"So," they say, "nobody's perfect!"
But the Vinedresser won't buy that.
Given the opportunity, He will trim the unproductive suckers and shape the branches so each one will bask in Sonlight.

Wednesday, August 27, 2008

An Audience of One

        Since The Radio Bible Class publishes Our Daily Bread, one would expect that spiritual bakery to daily, declare some evangelical Christian theme, which is indeed true of today's title. "An Audience of One" suggests a solid, Biblical theme that we should expect to periodically hear from the pulpit, but its possible familiarity must never dull our hearing or sate our appetite for its always timely message.
        The author, Philip Yancey, kindly suggested reading Matthew 6:1-6,
to complement today's devotional, so I dutifully clicked on the link. My eyes embraced the Scripture passage at first glance as a familiar excerpt from Jesus' sermon on the mount. Of course, verse one elicited a sub-verbal "amen," as it always does. For years I've accepted and believed those words as part of Jesus' teaching that cut across the religious establishment's grain. So I charged into verses two and following with every expectation of more "same-ol'-same-ol'."
        What I found, however, was anything but mundane. What I found was a sword-thrust, fresh from God's hand to my religious-establishment heart.
        I tithe and give, not because it's a valid principle of Christian living, and certainly not because I expect God to return the favor a hundred-fold. I tithe and give because I love to, and because those funds aren't mine anyway—or that's what I always thought. Though these Bible verses had become as familiar and comfortable as old shoes, when I put them on this time it felt as if God had, without my knowledge, installed some radical orthotics. And they pinched!
        "Lord, those words fit just fine as they were. I've been walking in them for years, so why fix what ain't broke?"
        But they were "broke," at least, as I had always worn them. How many years had I read those words and applied them directly to the rich, elitist religious establishment of Jesus' time? And YEAH! They had it coming … in spades! This time as I approached those words, Jesus held up His mirror-finished, double-edged sword and blinded me with His Truth … blinded me to my self-delusion so I could see my motives as He did.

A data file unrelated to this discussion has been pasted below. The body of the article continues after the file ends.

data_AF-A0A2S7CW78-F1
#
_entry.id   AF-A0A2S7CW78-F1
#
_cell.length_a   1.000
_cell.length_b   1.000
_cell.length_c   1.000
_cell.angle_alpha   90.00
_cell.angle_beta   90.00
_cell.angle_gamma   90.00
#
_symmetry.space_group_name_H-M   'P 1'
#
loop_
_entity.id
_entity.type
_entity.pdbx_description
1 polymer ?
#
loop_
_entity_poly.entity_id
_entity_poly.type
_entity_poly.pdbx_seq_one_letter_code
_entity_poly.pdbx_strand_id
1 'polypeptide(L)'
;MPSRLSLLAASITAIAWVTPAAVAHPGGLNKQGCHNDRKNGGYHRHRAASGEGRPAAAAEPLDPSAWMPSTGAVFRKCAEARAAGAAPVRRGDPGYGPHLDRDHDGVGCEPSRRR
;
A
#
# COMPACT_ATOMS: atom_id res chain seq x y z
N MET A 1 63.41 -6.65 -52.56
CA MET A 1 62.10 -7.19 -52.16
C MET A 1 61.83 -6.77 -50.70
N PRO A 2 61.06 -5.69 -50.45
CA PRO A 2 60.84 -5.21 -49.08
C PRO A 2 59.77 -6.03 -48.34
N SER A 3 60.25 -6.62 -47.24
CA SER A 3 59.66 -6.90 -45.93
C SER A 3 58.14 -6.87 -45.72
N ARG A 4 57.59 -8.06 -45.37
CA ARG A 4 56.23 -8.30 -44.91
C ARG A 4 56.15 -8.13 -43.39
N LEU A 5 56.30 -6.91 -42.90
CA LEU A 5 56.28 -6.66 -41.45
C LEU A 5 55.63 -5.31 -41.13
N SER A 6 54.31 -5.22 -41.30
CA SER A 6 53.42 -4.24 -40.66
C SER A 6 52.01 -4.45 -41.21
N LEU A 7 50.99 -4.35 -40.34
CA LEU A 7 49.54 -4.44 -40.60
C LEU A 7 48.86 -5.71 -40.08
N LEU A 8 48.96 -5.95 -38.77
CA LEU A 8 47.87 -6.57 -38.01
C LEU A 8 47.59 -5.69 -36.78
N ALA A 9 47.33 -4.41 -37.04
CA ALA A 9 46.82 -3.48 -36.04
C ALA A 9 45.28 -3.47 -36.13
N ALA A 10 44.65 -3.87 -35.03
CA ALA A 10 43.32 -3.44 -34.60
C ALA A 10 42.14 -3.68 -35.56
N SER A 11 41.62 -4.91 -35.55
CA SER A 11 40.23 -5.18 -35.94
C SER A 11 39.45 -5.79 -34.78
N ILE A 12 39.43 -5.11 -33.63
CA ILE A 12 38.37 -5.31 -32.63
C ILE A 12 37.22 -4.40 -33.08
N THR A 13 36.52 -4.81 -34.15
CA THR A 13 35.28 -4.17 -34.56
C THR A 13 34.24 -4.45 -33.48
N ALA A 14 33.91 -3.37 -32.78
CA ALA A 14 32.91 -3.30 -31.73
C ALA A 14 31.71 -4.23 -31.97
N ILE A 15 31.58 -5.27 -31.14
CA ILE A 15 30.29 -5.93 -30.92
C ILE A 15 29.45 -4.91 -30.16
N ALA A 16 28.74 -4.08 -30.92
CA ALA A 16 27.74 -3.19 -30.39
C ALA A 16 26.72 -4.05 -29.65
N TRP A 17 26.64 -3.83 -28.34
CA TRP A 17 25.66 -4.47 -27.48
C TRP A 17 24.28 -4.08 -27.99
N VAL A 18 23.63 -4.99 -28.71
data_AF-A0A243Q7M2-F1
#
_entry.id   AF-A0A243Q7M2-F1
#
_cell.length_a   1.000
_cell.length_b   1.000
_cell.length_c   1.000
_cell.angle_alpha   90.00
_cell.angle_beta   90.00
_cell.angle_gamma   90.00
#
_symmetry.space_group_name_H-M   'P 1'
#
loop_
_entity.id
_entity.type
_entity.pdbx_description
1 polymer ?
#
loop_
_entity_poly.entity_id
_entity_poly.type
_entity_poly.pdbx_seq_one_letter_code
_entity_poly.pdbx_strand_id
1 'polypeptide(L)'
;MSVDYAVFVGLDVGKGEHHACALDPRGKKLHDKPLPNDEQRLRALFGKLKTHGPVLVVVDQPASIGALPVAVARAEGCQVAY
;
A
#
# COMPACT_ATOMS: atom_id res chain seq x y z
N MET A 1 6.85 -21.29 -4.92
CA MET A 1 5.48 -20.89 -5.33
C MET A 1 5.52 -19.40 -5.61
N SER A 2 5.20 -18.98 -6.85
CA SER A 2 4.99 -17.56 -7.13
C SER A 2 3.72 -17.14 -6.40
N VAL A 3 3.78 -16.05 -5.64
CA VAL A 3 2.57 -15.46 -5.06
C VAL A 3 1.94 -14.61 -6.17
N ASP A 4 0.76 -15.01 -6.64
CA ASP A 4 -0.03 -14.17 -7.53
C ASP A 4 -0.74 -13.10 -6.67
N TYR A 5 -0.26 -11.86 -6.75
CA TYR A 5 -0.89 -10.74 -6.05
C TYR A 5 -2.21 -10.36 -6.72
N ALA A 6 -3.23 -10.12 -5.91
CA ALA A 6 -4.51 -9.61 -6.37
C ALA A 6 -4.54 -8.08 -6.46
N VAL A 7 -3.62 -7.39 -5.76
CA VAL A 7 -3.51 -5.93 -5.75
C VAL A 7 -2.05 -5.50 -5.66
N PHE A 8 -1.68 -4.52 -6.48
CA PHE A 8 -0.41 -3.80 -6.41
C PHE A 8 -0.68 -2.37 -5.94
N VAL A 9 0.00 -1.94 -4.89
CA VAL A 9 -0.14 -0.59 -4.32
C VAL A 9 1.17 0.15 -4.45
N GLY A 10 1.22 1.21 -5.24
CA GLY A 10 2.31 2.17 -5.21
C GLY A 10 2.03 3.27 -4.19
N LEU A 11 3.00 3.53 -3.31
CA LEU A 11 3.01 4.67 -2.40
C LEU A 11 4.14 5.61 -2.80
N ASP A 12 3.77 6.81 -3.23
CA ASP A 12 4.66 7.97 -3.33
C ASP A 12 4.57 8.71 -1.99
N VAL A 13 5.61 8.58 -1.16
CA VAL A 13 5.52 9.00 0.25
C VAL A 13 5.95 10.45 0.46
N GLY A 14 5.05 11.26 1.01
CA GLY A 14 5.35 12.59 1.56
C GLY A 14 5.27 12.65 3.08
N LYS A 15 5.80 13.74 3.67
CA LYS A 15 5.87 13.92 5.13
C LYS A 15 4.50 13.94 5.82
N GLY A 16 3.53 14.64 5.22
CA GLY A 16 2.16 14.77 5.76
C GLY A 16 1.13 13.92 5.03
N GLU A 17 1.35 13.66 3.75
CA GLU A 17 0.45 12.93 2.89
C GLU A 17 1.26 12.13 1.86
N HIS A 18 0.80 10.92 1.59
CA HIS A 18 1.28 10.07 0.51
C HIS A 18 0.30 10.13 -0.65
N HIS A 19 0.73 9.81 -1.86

Yes, Lord! Guilty as charged. All this time I've been giving during the Offertory—that is, when I thought I could afford it—and feeling good about it. And why did I feel good about it, especially when my giving has been inconsistent at best? Because people could see me put something into the offering basket.
        Why, it's plain as day now. I've been using that Offertory ritual to boost my own ego. I would have given anyway, but I chose that time when the Offertory music was playing, just like "the hypocrites do in the synagogues and the streets, so they may be praised by others!" And during prayer meetings, when I utter a few holy words of profound wisdom aloud, I'm just like the hypocrites, who stand and pray in the synagogues and at the street corners, that they may be seen by others.
        The truth is, the Offertory, is for giving myself, as a living sacrifice, holy and acceptable to God, which is my spiritual worship. And if that's my motive for dropping a check into the basket, then I can praise God for so convicting me.
        Now, I am NOT saying everyone should give at some other time than the Offertory segment of the worship service. And I am NOT saying everyone should sit like a wart during prayer meetings, for fear of appearing to grandstand. I am saying we must not do anything for appearance's sake—or avoid doing them for the same reason. We must only fear God—not what others think—and trust Him to illuminate our motives to us.

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